Nom, I suggest that when you get the time, glean through Niccolo Machiavelli’s (an early strategic thinker) Art of War. Some politicians and some of the think tanks who advise them borrow quite from his writings. He articulates ideas like, war is an important activity in political life; the aim of war must be the total defeat of the enemy and wars must be sharp and short; everything possible must be done to ensure victory including the full use of forces even if the enemy seems of inferior strength. More interesting and one of the great books I have read by the same author is “The Prince”. He talks about state craft and any time I see a politician speak and act I always think they must have read that book or yet still, Machiavelli must have succeeded in going right through their minds.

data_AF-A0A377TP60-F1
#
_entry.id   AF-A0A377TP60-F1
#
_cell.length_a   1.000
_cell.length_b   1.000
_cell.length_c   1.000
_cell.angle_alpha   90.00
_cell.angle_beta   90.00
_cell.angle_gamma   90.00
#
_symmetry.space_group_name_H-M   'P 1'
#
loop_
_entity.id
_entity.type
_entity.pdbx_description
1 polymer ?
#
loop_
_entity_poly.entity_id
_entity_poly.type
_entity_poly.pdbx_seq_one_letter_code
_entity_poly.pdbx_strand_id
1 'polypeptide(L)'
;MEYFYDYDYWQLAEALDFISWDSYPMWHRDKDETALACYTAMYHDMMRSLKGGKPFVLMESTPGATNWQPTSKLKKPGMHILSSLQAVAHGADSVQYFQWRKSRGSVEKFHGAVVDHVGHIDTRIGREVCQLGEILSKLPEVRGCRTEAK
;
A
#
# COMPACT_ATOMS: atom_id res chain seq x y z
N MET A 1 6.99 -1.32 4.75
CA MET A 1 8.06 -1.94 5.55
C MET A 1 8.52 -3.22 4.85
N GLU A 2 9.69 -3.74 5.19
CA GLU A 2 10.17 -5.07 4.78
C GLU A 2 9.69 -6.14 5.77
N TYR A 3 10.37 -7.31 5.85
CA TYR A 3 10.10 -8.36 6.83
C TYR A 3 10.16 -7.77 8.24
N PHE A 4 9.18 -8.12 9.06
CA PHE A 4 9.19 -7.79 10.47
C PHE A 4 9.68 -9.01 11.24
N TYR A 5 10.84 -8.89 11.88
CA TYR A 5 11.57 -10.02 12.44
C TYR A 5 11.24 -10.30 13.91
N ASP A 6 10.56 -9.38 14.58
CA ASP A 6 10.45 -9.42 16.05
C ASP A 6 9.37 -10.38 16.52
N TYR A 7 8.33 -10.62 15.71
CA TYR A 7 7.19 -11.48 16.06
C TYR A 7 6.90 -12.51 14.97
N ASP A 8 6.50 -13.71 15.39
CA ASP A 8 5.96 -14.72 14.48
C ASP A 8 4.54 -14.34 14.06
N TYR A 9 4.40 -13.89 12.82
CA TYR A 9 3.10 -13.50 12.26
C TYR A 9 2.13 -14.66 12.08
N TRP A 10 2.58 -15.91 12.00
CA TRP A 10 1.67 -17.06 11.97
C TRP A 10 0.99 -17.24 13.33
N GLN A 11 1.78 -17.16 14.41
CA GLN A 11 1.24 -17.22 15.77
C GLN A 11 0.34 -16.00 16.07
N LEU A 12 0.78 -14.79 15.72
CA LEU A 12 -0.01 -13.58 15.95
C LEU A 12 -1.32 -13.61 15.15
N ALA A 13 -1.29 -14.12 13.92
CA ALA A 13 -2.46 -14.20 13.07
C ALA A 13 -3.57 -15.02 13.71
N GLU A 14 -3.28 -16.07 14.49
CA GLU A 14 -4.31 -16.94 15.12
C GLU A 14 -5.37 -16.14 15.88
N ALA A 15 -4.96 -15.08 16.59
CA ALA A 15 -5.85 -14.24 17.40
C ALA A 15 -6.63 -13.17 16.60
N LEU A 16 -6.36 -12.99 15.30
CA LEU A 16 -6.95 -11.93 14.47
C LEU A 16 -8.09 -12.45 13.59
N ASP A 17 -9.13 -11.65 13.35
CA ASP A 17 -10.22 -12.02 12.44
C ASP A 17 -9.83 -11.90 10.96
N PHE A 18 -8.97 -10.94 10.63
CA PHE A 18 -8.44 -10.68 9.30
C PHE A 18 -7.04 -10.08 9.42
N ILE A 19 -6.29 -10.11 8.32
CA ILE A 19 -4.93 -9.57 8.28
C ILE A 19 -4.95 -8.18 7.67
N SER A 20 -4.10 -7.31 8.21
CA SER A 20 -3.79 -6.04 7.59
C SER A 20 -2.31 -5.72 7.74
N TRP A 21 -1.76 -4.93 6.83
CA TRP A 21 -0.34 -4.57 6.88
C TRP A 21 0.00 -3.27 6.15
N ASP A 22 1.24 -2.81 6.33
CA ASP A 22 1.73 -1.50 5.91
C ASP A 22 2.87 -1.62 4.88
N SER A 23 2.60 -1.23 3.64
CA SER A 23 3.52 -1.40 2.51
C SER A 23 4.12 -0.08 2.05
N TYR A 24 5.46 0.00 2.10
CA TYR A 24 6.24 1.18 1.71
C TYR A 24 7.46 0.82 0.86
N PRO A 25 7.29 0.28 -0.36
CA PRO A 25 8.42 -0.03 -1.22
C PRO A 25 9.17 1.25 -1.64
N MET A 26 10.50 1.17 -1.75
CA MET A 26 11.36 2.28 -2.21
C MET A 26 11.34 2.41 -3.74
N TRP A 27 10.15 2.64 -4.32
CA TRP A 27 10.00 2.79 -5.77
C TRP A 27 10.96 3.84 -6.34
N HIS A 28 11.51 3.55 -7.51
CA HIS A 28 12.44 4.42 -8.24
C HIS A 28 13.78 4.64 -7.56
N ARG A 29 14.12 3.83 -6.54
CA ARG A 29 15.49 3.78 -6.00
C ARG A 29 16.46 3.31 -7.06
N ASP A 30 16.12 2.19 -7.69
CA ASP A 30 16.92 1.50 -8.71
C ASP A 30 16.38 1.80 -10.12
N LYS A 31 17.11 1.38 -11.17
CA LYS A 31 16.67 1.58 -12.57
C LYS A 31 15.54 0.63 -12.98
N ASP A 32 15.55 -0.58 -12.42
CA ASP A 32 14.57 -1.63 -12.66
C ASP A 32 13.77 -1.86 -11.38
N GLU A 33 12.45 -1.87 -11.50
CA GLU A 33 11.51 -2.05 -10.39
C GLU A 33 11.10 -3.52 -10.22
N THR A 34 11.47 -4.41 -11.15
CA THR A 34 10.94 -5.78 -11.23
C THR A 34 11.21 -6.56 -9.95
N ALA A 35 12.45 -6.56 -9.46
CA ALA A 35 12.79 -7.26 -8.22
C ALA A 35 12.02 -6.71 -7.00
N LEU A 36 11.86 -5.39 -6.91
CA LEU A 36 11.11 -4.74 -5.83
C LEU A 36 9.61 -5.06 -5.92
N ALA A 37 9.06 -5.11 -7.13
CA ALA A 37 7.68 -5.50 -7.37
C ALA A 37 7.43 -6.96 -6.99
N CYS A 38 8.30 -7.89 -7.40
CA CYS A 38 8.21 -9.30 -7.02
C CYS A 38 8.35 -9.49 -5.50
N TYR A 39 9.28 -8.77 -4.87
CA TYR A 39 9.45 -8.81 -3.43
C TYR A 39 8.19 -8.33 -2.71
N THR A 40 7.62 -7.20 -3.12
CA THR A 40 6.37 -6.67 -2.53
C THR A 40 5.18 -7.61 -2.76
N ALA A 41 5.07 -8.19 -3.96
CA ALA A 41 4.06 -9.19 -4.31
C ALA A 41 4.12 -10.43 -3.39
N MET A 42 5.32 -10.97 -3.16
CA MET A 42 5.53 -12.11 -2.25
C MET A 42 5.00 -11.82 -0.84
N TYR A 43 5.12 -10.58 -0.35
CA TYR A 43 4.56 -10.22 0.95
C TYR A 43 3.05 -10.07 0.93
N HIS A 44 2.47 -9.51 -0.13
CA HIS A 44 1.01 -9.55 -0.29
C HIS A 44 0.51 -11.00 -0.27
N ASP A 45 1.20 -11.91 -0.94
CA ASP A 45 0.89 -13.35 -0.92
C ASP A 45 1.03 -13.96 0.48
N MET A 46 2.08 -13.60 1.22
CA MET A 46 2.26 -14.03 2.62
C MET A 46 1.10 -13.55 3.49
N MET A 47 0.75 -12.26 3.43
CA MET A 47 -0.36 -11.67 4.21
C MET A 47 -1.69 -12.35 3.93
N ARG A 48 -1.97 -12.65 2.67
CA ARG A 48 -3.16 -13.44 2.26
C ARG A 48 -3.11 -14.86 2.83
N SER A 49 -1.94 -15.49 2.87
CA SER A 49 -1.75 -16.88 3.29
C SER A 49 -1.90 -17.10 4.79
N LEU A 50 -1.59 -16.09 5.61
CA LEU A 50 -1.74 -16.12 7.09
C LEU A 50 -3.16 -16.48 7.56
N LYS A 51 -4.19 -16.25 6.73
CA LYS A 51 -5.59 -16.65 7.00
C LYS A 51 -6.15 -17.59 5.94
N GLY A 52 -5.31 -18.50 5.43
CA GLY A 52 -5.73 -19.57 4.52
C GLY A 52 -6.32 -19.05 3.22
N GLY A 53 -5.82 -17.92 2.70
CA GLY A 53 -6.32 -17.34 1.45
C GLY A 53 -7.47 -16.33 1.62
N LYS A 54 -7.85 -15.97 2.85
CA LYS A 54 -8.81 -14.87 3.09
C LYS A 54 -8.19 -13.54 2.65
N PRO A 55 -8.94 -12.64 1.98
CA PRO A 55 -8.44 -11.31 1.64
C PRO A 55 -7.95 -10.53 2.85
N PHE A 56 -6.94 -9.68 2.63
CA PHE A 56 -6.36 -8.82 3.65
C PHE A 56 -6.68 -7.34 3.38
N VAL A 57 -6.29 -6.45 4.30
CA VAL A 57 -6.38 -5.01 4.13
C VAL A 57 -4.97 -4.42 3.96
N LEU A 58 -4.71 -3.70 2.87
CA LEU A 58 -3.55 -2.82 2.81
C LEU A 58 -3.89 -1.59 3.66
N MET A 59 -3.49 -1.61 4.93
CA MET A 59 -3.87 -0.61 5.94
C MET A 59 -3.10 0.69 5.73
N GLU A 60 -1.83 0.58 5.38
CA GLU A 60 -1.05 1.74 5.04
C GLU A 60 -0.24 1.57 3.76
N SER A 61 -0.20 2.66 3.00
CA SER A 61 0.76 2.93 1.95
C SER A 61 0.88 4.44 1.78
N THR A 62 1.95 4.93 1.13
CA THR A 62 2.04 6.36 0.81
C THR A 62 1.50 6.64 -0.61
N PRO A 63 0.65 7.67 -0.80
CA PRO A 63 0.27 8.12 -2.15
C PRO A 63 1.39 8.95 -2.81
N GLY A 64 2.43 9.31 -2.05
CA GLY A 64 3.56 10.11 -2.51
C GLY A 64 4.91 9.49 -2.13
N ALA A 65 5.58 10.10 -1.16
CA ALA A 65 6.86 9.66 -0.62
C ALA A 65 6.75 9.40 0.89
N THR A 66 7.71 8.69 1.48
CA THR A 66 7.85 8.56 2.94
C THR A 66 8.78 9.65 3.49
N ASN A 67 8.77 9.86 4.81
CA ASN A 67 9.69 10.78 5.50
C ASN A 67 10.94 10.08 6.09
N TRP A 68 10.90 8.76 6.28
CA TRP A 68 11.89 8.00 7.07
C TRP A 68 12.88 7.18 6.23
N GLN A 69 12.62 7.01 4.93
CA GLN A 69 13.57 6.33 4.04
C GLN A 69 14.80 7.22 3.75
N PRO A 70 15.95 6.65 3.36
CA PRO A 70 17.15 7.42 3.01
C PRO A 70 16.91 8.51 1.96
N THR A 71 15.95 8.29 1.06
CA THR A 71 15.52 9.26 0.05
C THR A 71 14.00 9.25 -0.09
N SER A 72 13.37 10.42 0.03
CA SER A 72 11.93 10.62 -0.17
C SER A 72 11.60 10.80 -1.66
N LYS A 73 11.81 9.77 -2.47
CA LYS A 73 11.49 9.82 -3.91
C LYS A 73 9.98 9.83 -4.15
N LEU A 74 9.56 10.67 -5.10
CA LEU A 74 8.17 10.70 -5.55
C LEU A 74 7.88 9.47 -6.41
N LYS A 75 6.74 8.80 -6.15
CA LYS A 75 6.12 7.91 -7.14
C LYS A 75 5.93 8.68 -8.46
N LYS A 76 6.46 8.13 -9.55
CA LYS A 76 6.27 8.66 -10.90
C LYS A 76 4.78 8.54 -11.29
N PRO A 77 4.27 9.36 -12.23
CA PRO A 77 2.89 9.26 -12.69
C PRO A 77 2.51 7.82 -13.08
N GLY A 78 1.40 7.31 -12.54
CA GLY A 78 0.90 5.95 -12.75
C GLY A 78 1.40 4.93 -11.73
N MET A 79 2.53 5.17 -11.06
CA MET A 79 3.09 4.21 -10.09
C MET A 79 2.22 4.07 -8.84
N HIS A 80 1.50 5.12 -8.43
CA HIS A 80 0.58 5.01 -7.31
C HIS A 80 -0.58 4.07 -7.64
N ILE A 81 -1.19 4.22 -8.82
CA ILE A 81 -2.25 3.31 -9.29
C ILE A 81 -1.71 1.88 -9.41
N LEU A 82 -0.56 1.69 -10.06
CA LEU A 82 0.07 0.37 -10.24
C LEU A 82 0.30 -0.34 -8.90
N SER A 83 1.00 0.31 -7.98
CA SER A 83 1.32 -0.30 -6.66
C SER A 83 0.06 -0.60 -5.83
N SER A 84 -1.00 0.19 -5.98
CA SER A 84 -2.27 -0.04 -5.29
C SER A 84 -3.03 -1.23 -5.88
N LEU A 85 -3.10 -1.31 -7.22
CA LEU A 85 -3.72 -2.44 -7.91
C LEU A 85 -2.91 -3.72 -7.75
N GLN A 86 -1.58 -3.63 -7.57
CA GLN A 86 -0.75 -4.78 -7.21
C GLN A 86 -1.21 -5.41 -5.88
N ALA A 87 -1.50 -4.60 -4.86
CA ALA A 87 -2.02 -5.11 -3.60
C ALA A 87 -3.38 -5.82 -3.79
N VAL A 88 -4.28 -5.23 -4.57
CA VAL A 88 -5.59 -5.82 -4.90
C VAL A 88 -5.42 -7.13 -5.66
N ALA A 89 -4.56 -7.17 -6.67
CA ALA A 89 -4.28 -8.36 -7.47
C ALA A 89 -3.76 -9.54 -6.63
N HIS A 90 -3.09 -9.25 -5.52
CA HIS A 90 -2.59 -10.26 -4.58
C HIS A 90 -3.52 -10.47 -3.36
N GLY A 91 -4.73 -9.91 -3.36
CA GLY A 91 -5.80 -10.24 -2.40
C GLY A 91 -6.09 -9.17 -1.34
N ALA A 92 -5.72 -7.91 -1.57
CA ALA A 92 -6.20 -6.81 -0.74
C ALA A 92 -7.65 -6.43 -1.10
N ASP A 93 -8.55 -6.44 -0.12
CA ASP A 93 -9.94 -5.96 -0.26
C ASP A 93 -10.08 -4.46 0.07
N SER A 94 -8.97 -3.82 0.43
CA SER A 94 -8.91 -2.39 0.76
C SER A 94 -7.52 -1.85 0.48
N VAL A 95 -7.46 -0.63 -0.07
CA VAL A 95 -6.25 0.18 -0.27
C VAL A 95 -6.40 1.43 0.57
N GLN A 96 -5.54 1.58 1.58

The Israeli and Palestinian conflict also presents a case of asymmetrical war not as it is conventionally known since in this case a state with unfathomable military strength is always beating up on one with inferior strength. Surely, one cannot even start to compare the sophisticated conventional weapons at Israel’s disposal with Hamaz’s sometimes (mark my words-sometimes) home made grenades and hand made rockets and missiles that can hit within just a radius of 20kms. The elections are beckoning and also due to matters of strategic national interest (that states normally put first) Israel is hard pressed to show its citizens that it can indeed offer security to its people at the expense of other human lives lost in the process for as long as they are not Israeli lives. How ironical. When governments are elected, they normally get into a contract with their people and one of the terms of the contract is the protection of citizens. What good is a government that cannot protect its citizens? Clearly, it should not be voted back in. So these are some of Israel’s strategic MIScalculations that are doing nothing but compounding the already delicate situation. It is my take that Israel has never been comfortable with Hamaz coming to power and would do anything possible to either tack them away (and this is not possible I will explain why) or make them unpopular at home.